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  • Writer's pictureRikus Scheepers

Apply for bail or stay in jail

No one plans to get arrested, but sometimes a bad decision lands you in trouble. Whether you are guilty or innocent does not matter at this stage. Chances are that you may have to spend some time in a holding cell. Your only questions should be how long you will be detained, and who you can call to help you get out pending your appearance in Court.

What is bail?

Bail is paying money for your release pending your conviction or acquittal. It serves as security for your appearance in court. If you don’t show up, you forfeit your money and will be detained.

The principle is for the state to strike a balance between your liberty while ensuring that the interests of justice are upheld by securing your attendance in court, ensuring witnesses and the public are safe from intimidation, and ensuring that all evidence is preserved.

It is your Constitutional right to be presumed innocent until proven guilty. Even if you are arrested, it does not give the police the right to keep you locked up without valid reasons and under unreasonable circumstances.

When can you apply for bail?

An arrested person can only apply for bail once they have been charged with a crime. The police have 48 hours to charge and bring an arrested person before Court. At this stage you will probably be kept in a holding cell. You can either contact your attorney or wait until you appear in Court. If you are arrested on a Friday night, this means that you may have to spend the weekend in a holding cell.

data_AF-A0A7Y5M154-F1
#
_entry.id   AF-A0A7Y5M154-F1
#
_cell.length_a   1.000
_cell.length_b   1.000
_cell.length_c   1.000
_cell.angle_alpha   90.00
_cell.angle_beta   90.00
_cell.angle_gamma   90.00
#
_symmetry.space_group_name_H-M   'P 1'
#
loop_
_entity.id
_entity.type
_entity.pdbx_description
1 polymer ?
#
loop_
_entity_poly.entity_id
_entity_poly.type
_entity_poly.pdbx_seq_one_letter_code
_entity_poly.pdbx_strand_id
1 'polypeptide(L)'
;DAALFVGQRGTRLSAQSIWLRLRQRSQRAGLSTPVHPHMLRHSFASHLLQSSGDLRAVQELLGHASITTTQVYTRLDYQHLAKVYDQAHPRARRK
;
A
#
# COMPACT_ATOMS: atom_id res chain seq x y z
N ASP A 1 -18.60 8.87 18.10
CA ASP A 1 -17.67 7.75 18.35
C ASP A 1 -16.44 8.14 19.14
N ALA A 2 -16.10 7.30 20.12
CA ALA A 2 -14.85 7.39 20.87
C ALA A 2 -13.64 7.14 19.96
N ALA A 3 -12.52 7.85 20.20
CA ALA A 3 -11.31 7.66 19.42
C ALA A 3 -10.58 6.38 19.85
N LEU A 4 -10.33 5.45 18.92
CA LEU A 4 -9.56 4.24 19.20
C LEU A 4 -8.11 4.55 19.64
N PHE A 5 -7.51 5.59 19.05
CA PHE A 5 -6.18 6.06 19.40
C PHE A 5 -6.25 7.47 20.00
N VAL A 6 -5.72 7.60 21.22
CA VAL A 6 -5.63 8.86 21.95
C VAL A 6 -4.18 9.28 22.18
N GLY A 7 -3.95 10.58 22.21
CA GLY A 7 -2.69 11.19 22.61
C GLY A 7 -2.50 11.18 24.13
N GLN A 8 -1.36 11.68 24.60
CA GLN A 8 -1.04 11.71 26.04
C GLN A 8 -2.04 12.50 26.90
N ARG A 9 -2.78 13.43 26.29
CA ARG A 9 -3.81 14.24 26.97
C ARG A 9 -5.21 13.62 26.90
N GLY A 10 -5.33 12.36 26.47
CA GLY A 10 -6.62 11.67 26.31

What are the types of bail?

Depending on the crime you have been charged with, you may apply for one of the following three types of bail in South Africa:

Police Bail:

Police Bail may be granted by the police within 48 hours of your arrest and before your appearance in Court. Minor offenses like common assault qualifies for this type of bail. The amount can be negotiated by your lawyer with the appropriately ranked police official. In severe cases the police will not consider granting you police bail.

Prosecutor Bail:

More serious crimes like culpable homicide or assault involving grievous bodily harm, would require you to apply for Prosecutor Bail. It is granted by the Attorney-General or, more often, an authorized prosecutor after consultation with the investigating officer. This type of bail is also granted within 48 hours of your arrest and before your appearance in Court.

Court Bail:

If you are charged with a very serious crime such as murder or treason, you will have to formally apply for bail at your first court appearance or at any time before a verdict is given.

During a bail application, the court will consider the circumstances to determine whether, if you are granted bail, it is likely that:

• you will endanger anyone’s safety;

• you will evade trial;

• you will attempt to intimidate witnesses or destroy evidence; or

• your release will disturb the public peace.

Various factors will be considered, including any previous convictions, the nature of the offence, and your possession of travel documents.

If it is found that there is a low probability of the above risks materialising, you may be released on bail.

What if I don't observe bail conditions?

The court prescribes certain conditions that you must adhere to if you are released on bail. If you fail to adhere to the conditions, you risk having your bail cancelled and your bail money forfeited to the state. You will go back to a holding cell or to prison pending your next appearance in Court. Showing up to court on your court date is an implicit bail condition and must always be observed.

Bail is a delicate and urgent matter. Criminal trials can take years to be finalised and you may end up being held in a prison while you wait. A prison in South Africa is not exactly a safe place. If you do not know what a “Frans” is, and if you do not like being made someone’s “wyfie”, do not do anything stupid while out on bail or you may find yourself in prison.

Locked up and feeling blue? Contact Van Zyl Scheepers Attorneys for assistance with bail applications.

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